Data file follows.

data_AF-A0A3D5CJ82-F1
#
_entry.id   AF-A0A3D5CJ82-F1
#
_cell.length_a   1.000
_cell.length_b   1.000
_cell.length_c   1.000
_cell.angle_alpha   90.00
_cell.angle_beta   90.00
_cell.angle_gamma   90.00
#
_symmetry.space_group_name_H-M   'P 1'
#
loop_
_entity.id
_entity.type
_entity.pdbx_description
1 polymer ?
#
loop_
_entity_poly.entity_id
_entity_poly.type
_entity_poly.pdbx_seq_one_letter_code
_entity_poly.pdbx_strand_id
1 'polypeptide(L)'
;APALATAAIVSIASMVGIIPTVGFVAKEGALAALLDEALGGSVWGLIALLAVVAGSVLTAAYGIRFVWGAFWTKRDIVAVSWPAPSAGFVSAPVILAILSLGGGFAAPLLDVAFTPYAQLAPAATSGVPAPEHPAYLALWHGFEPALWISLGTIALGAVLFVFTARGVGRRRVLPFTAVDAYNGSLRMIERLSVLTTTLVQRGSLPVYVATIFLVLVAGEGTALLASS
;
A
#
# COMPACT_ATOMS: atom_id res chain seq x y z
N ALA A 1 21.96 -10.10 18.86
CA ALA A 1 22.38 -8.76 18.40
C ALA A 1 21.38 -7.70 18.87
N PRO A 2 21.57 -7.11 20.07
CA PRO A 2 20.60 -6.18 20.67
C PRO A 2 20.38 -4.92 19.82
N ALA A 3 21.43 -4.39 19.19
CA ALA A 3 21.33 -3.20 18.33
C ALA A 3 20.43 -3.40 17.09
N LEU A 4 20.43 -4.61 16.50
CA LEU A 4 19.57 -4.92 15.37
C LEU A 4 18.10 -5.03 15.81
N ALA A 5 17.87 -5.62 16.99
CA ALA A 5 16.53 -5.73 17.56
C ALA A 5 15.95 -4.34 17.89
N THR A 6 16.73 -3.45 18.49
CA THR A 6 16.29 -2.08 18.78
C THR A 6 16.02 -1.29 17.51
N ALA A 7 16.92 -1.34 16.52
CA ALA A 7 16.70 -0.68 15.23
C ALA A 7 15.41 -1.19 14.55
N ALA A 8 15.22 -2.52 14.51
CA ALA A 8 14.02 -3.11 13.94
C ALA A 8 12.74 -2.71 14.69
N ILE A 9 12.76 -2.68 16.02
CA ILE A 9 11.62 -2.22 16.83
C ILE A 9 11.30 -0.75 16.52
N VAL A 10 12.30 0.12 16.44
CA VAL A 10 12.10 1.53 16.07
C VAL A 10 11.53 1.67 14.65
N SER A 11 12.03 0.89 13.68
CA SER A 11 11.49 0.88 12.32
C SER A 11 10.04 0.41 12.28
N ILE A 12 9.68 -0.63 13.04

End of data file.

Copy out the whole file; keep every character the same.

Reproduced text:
data_AF-A0A3D5CJ82-F1
#
_entry.id   AF-A0A3D5CJ82-F1
#
_cell.length_a   1.000
_cell.length_b   1.000
_cell.length_c   1.000
_cell.angle_alpha   90.00
_cell.angle_beta   90.00
_cell.angle_gamma   90.00
#
_symmetry.space_group_name_H-M   'P 1'
#
loop_
_entity.id
_entity.type
_entity.pdbx_description
1 polymer ?
#
loop_
_entity_poly.entity_id
_entity_poly.type
_entity_poly.pdbx_seq_one_letter_code
_entity_poly.pdbx_strand_id
1 'polypeptide(L)'
;APALATAAIVSIASMVGIIPTVGFVAKEGALAALLDEALGGSVWGLIALLAVVAGSVLTAAYGIRFVWGAFWTKRDIVAVSWPAPSAGFVSAPVILAILSLGGGFAAPLLDVAFTPYAQLAPAATSGVPAPEHPAYLALWHGFEPALWISLGTIALGAVLFVFTARGVGRRRVLPFTAVDAYNGSLRMIERLSVLTTTLVQRGSLPVYVATIFLVLVAGEGTALLASS
;
A
#
# COMPACT_ATOMS: atom_id res chain seq x y z
N ALA A 1 21.96 -10.10 18.86
CA ALA A 1 22.38 -8.76 18.40
C ALA A 1 21.38 -7.70 18.87
N PRO A 2 21.57 -7.11 20.07
CA PRO A 2 20.60 -6.18 20.67
C PRO A 2 20.38 -4.92 19.82
N ALA A 3 21.43 -4.39 19.19
CA ALA A 3 21.33 -3.20 18.33
C ALA A 3 20.43 -3.40 17.09
N LEU A 4 20.43 -4.61 16.50
CA LEU A 4 19.57 -4.92 15.37
C LEU A 4 18.10 -5.03 15.81
N ALA A 5 17.87 -5.62 16.99
CA ALA A 5 16.53 -5.73 17.56
C ALA A 5 15.95 -4.34 17.89
N THR A 6 16.73 -3.45 18.49
CA THR A 6 16.29 -2.08 18.78
C THR A 6 16.02 -1.29 17.51
N ALA A 7 16.92 -1.34 16.52
CA ALA A 7 16.70 -0.68 15.23
C ALA A 7 15.41 -1.19 14.55
N ALA A 8 15.22 -2.52 14.51
CA ALA A 8 14.02 -3.11 13.94
C ALA A 8 12.74 -2.71 14.69
N ILE A 9 12.76 -2.68 16.02
CA ILE A 9 11.62 -2.22 16.83
C ILE A 9 11.30 -0.75 16.52
N VAL A 10 12.30 0.12 16.44
CA VAL A 10 12.10 1.53 16.07
C VAL A 10 11.53 1.67 14.65
N SER A 11 12.03 0.89 13.68
CA SER A 11 11.49 0.88 12.32
C SER A 11 10.04 0.41 12.28
N ILE A 12 9.68 -0.63 13.04